Can increased tax transparency curb corporate tax avoidance?
Michael Razen () and
Alexander Kupfer ()
Working Papers from Faculty of Economics and Statistics, University of Innsbruck
Tax avoidance among large multinational corporations has considerably increased in recent years, triggering an intense discussion about how to ensure tax justice. We propose a novel experimental design to incentive-compatibly model the firm-consumer relationship in a consumer goods market. This new paradigm allows us to analyze the effect of increased tax transparency on consumer and firm behavior in a dynamic framework. We find that absent the threat of being exposed as a tax avoiding firm, only 26% of the firms decide to pay taxes. Once tax avoiding firms are identifiable in the market, this rate rises to 58%. Providing market participants additionally with information about the social costs of tax avoidance increases the fraction of tax paying firms further to 74%. We show that these improvements are the consequence of firms proactively adopting tax responsible behavior and, at the highest level of transparency, consumers showing a stronger proclivity to boycott tax avoiding firms, even if these firms offer cheaper prices. Our results confirm the effectiveness of increased transparency to curb corporate tax avoidance.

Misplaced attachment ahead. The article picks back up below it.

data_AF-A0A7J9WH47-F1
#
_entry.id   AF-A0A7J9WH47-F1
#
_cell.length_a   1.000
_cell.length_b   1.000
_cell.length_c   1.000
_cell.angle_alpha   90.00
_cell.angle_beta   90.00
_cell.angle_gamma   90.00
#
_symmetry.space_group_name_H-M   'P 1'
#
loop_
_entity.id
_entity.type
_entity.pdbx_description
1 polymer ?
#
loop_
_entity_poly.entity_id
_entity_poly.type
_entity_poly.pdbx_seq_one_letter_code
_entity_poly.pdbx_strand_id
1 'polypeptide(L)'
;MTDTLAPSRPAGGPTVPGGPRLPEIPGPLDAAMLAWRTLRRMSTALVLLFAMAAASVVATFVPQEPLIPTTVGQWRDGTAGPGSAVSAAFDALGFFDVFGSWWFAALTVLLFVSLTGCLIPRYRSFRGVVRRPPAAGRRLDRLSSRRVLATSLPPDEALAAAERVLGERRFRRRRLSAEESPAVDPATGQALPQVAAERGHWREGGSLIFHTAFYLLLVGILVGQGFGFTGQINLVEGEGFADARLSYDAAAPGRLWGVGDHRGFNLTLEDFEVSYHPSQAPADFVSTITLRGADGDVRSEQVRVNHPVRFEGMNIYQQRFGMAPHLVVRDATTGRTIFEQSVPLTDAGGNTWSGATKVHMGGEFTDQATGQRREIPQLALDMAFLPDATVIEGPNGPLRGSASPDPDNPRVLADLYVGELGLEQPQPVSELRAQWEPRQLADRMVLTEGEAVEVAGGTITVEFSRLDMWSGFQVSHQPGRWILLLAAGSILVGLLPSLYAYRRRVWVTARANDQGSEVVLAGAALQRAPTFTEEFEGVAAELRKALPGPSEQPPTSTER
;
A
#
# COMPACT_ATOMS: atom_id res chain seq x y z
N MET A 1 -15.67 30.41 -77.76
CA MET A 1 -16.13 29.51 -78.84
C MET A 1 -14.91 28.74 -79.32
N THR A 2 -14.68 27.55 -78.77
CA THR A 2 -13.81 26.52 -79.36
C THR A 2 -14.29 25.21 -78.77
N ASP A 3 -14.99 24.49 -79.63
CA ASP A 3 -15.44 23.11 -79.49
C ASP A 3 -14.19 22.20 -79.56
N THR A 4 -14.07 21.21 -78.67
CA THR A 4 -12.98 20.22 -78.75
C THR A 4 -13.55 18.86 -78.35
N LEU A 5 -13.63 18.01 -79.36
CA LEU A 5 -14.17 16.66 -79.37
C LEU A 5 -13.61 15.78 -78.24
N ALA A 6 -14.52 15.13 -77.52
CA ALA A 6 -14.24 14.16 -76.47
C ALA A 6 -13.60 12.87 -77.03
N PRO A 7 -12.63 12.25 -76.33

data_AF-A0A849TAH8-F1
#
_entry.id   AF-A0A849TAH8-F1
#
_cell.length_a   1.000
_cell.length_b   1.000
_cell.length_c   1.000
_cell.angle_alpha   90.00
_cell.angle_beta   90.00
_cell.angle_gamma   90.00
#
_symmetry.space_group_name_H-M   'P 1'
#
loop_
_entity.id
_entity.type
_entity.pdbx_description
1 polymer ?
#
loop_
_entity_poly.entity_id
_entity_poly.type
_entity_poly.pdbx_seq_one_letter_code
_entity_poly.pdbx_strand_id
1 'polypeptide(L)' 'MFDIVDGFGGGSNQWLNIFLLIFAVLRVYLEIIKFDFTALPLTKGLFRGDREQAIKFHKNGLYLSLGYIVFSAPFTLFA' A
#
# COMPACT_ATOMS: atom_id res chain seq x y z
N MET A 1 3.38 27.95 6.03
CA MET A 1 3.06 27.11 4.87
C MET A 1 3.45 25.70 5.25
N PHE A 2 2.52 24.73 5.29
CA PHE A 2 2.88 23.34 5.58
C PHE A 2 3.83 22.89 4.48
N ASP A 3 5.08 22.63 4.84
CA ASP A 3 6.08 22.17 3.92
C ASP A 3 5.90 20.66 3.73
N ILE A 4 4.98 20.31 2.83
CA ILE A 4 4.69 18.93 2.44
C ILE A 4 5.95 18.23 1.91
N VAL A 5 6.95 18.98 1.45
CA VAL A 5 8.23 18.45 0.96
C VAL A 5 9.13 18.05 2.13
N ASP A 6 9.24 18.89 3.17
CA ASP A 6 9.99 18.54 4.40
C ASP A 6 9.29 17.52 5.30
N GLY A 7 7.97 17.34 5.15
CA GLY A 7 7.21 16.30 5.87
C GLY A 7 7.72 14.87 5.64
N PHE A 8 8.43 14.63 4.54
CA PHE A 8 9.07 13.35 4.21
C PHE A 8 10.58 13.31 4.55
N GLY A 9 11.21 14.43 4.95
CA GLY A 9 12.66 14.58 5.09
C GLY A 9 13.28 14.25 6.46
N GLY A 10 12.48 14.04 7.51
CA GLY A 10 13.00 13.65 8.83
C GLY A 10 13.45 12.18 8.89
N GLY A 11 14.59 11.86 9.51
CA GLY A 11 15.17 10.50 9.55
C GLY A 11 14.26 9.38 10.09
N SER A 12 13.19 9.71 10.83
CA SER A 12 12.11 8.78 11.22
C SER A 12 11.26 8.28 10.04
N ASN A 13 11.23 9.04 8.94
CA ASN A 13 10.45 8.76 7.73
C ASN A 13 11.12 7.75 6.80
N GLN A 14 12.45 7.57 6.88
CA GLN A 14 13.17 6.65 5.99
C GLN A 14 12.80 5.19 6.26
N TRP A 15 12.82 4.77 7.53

Keywords: economic experiment; tax avoidance; public good dilemma; consumer behavior; firm behavior (search for similar items in EconPapers)
JEL-codes: C9 C92 H26 (search for similar items in EconPapers)
New Economics Papers: this item is included in nep-pbe
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Persistent link: https://EconPapers.repec.org/RePEc:inn:wpaper:2021-10
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